Elevation extremes of Indonesia are as follow: the lowest point is Indian Ocean 0 m(sea surface level), Wetar Basin in east of Banda Sea at -7,440 m (northwest of Tanimbar Islands & southeast of Ceram Island), where subduction zone is. The highest elevation point is Puncak Jaya (also known as Carstenz Pyramid) 4,884 m as you can see in Indonesia elevation map.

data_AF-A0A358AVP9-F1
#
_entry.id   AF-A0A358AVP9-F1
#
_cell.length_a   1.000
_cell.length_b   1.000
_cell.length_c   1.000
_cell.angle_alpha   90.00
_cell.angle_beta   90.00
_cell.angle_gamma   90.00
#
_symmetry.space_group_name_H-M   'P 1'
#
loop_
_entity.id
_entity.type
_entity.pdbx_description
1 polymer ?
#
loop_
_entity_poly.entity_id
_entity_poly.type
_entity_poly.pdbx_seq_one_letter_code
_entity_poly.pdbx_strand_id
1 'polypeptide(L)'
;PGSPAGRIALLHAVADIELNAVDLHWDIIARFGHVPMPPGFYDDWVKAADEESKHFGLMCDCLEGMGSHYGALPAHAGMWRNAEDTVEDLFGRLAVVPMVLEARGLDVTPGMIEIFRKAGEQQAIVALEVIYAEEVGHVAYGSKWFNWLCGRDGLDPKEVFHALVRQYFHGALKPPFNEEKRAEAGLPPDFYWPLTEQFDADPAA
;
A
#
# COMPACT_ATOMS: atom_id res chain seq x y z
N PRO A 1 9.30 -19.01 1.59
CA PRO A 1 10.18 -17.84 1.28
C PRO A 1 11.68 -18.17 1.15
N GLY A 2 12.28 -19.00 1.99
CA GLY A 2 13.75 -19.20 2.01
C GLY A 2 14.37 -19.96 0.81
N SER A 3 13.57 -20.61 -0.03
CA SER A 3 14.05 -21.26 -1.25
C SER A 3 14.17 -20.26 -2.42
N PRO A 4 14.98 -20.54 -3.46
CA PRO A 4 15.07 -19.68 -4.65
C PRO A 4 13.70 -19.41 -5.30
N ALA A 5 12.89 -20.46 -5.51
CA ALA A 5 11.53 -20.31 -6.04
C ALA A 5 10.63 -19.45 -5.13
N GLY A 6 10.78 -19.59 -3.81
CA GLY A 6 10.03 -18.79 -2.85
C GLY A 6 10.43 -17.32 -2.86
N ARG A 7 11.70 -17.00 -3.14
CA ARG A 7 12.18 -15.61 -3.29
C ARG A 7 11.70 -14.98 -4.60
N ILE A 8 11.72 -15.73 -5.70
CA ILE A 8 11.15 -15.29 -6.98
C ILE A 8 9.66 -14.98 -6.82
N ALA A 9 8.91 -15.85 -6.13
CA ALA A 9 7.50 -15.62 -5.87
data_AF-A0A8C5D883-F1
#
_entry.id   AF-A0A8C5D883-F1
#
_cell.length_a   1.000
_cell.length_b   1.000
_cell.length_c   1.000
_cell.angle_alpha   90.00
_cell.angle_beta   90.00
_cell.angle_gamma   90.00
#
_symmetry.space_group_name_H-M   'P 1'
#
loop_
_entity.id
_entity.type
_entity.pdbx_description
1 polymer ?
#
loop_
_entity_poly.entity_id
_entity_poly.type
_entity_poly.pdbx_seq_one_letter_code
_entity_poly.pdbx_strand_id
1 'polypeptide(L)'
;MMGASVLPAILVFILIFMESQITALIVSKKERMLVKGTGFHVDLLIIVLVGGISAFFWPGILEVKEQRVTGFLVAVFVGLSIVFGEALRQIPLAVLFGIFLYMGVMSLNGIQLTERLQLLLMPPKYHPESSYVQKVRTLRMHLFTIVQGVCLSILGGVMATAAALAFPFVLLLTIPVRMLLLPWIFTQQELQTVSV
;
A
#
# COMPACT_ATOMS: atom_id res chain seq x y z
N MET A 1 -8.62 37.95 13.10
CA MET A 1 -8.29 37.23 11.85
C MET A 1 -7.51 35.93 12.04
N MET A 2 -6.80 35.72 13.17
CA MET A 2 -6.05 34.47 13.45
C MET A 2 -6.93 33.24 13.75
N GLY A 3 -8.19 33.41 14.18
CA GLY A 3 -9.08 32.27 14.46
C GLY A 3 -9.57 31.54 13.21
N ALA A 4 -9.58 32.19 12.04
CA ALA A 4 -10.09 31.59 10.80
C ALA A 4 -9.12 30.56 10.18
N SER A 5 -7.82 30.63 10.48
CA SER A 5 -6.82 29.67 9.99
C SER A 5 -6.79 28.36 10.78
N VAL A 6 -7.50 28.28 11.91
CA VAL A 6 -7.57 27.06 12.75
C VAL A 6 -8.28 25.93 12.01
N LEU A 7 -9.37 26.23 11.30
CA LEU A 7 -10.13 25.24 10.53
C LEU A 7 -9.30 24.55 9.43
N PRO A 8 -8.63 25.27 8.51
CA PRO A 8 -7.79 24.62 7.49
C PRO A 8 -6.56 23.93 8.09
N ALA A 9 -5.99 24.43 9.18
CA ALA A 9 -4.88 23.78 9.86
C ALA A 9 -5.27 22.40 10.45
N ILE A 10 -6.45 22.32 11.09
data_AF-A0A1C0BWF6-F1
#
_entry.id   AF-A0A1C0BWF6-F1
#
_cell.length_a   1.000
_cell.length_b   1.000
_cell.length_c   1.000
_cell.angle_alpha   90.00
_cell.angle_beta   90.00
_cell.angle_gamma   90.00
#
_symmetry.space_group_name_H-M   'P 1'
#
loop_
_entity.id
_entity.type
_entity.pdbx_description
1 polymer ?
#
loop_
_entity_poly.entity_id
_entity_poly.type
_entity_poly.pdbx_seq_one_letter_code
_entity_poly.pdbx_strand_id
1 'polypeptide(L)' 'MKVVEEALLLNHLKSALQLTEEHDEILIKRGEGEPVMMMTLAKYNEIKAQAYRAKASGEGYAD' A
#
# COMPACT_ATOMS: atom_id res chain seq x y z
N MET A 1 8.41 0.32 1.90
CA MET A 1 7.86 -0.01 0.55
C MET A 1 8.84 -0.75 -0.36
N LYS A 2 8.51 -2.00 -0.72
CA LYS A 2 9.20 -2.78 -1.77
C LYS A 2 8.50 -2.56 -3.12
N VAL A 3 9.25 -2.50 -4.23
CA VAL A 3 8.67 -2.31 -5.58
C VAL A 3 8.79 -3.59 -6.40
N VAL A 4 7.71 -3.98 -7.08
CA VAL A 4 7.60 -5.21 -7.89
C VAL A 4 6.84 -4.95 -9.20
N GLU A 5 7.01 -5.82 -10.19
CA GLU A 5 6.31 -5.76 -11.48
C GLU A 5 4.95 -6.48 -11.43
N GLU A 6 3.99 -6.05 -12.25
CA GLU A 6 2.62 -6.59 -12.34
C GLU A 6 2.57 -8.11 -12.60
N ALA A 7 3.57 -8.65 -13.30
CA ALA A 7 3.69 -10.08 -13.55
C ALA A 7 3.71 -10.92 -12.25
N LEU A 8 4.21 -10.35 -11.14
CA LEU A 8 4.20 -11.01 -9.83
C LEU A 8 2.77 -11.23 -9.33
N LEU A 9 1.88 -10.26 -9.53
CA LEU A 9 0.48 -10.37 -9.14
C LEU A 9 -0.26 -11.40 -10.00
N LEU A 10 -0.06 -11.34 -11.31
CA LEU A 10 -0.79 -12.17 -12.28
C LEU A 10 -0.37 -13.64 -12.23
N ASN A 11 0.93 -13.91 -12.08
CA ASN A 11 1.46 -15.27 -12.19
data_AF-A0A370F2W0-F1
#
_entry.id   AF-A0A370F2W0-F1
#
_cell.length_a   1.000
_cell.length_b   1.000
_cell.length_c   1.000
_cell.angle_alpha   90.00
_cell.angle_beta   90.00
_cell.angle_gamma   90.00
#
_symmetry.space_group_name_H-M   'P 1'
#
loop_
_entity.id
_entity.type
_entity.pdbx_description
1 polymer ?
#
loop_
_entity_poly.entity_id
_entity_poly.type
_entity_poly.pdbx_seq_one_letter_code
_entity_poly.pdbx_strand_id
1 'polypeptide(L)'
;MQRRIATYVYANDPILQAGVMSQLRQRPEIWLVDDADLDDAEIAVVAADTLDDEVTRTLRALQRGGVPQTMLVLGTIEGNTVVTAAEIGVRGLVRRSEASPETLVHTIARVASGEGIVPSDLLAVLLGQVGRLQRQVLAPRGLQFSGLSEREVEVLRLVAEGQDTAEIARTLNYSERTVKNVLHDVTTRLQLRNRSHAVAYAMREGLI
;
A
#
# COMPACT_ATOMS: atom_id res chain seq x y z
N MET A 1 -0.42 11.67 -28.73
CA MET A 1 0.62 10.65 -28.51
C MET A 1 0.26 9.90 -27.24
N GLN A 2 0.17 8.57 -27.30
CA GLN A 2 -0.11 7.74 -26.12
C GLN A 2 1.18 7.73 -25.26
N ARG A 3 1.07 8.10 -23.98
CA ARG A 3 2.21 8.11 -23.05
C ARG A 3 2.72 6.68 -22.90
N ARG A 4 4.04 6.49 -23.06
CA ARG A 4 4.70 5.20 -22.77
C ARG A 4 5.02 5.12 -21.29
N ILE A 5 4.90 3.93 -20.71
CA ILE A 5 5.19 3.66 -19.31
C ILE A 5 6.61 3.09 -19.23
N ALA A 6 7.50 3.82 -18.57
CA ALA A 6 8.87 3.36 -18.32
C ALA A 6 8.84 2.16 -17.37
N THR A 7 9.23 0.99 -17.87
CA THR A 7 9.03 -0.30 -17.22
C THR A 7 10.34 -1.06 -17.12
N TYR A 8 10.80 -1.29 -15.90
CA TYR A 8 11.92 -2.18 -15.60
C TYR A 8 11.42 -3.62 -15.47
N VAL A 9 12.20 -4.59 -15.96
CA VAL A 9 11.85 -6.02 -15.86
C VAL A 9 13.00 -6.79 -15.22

Banda Sea, Bahasa Indonesia Laut Banda, portion of the western South Pacific Ocean, bounded by the southern islands of the Moluccas of Indonesia (Alor, Timor, Wetar, Babar, Tanimbar, and Kai on the south and Ceram, Buru, and Sula on the north). The Banda Sea is divided into two basins separated by a ridge that is surmounted in places by coral reefs. The North Banda Basin is 19,000 feet (5,800 metres) deep, while the South Banda Basin is 17,700 feet (5,400 metres) deep. A volcanic ridge further divides the southern South Banda Basin from the Weber Basin, the deepest in the sea, at some 24,409 feet (7,440 metres). The active volcano, Mount Api, rises from the floor of the southern basin at 14,800 elevation feet (4,500 metres) to 2,200 feet (670 metres) above sea level as its shown in Indonesia elevation map. The clear waters surrounding many islands provide a perfect habitat for spectacular coral reefs.